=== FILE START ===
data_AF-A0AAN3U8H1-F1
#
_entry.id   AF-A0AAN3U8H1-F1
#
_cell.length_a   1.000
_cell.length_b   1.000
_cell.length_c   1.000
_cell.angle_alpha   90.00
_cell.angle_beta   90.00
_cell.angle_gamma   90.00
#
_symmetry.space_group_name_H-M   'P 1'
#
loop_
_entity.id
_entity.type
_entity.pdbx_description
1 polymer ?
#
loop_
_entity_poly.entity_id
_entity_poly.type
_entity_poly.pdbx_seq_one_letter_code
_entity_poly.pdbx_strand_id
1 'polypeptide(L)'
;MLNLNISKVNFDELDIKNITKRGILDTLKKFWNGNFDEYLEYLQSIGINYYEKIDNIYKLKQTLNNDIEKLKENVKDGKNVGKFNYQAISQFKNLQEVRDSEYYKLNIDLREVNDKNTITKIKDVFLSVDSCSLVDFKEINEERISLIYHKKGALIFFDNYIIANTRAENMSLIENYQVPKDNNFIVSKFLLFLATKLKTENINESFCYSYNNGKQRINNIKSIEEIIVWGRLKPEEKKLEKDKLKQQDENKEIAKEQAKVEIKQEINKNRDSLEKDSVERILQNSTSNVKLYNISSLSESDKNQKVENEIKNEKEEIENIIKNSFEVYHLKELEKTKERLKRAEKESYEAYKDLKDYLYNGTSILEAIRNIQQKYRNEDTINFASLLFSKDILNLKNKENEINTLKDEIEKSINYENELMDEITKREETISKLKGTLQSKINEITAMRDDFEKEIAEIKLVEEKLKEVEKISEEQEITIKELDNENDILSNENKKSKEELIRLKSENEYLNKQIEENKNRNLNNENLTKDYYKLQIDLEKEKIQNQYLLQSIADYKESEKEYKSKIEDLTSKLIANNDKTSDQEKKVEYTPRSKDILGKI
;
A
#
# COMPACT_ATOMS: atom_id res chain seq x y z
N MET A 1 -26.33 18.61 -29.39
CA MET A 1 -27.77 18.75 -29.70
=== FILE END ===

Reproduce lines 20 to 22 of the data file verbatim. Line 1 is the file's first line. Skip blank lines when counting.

loop_
_entity_poly.entity_id
_entity_poly.type